|The effects of domestic and family violence are many and varied. The more obvious physical effects can range from bruises and black eyes to broken bones and serious physical injuries, even death. |
The emotional effects are not as obvious as the physical signs, but many women say that while the bruises heal over time, the emotional scars never really leave you. The emotional effects of being abused may include:
- low self-esteem and self-confidence;
- feeling that you in some way deserve or are to blame for the violence and abuse;
- feeling guilt, feelings of self-doubt around your ability as a parent and a partner;
- feeling that no-one else will ever want you;
- feelings of hopelessness and despair;
- feelings of depression and anxiety;
- feeling suicidal;
- feeling totally isolated from friends and family and any other support networks;
- wondering if anyone will believe your story;
- feeling low in energy and unable to make a decision/s.
Some other effects can include:
- Onset of stress related illnesses;
- Eating issues;
- Back pain or abdominal pain,
- Gastrointestinal disorders and/or
- Using alcohol or drugs to cope.
It's not surprising given these effects how difficult most survivors of violence find it to actually leave their relationship! If you are a person reading this who feels all or any of these things, remember that counsellors and support workers can help you to work through these issues and start to feel better and more in control of your life again.
How does Domestic or Family Violence affect my Children?
For children and young people the effects of experiencing domestic or family violence are determined by many factors such as their age, gender, role in the family, frequency and extent of the abuse, special needs of the child and individual resiliency. Domestic and family violence can have a severe detrimental effect on a child's personal development, affecting all areas of their life. Research shows that the effects of living with violence can have short and long term impacts on children and young people. A child living in a domestic violence situation is also significantly more likely to experience physical or sexual abuse and suffer the trauma and effects that result from this. Some of the effects of witnessing domestic or family violence include:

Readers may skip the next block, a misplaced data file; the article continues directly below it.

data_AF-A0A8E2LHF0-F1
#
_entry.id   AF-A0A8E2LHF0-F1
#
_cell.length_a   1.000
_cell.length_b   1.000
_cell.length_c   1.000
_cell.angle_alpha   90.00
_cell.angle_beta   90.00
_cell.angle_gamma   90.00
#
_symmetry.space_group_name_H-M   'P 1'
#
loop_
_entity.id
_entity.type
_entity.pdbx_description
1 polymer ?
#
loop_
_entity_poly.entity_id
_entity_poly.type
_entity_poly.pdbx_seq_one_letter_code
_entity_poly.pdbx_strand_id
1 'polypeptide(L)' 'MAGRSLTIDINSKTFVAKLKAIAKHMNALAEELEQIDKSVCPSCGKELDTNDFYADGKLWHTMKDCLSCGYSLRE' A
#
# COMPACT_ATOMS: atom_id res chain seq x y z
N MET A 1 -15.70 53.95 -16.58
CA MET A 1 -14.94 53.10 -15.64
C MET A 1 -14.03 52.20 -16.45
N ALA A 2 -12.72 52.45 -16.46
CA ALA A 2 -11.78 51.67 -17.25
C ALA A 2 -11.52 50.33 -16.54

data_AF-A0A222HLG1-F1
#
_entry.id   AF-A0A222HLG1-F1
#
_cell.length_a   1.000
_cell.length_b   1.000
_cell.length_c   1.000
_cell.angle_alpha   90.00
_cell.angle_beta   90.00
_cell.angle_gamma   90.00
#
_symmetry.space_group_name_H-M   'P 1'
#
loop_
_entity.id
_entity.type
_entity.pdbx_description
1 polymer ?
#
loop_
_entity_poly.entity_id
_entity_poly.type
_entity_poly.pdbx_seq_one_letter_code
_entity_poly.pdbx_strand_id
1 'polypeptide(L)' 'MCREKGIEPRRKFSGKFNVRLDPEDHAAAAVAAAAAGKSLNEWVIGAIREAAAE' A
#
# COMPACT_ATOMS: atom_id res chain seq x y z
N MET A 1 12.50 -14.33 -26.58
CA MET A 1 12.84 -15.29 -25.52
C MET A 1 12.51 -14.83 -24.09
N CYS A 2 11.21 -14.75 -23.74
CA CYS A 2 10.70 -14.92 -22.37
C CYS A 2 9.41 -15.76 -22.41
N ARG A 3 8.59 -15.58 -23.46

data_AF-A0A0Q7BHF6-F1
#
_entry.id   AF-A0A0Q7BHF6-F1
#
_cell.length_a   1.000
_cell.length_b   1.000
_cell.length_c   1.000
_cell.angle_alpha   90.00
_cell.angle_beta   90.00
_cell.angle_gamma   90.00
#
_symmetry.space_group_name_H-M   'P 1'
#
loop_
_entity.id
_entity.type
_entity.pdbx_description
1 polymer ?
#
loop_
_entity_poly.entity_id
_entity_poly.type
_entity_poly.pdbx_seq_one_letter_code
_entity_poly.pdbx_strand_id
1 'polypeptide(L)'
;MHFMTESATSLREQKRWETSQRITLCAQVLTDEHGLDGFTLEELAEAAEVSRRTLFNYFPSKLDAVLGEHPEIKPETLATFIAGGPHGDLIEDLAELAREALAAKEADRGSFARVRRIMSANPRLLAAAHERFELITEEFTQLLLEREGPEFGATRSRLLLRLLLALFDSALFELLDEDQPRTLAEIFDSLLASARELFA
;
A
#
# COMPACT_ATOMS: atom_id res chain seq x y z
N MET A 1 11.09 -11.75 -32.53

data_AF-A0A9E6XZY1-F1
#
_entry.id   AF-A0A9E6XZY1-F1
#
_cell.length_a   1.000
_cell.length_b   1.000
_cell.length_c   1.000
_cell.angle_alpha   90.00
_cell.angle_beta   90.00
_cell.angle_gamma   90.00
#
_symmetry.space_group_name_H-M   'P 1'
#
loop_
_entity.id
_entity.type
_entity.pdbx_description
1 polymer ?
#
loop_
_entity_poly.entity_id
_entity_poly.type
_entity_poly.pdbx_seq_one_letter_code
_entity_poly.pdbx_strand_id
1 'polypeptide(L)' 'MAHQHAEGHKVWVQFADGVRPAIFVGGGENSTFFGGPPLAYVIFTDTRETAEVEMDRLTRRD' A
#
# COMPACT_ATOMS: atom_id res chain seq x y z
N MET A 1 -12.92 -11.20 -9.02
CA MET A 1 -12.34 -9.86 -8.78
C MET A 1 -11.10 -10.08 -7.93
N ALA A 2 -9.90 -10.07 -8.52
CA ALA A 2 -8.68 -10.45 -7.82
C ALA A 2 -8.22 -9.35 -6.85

- Poor health and sleeping habits;
- Excessive screaming;
- The child not bonding with the mother;
- Infants can be affected by domestic or family violence from at least six weeks of age.
Toddlers(In addition to the above characteristics)
- Frequent illness;
- Low self-esteem and shyness;
- Social Problems such as hitting or biting;
- Withdrawn, passive, clinging, anxious (most often girls);
- Aggressive behaviour (most often boys).
Pre schoolers(In addition to the above characteristics)
- Complaining of feeling sick;
- Blaming themselves for the violence and feeling guilty;
- Becoming worried and nervous;
- Having difficulty making friends;
- Finding it difficult to trust others.
Primary School Children(In addition to the above characteristics)
- Difficulties with school work and school attendance;
- Difficulty concentrating;
- Poor social skills and fighting with peers;
- Rebelling against adult authority;
- Aggression and poor anger management (most often boys);
- Anxiety and withdrawal (most often girls);
- Low self esteem and lack of confidence;
- Post Traumatic Stress Disorder.
Adolescents(In addition to the above characteristics)
- Violent delinquency and crime;
- Adolescent boys may model the perpetrator's behaviour by assaulting their mother or siblings.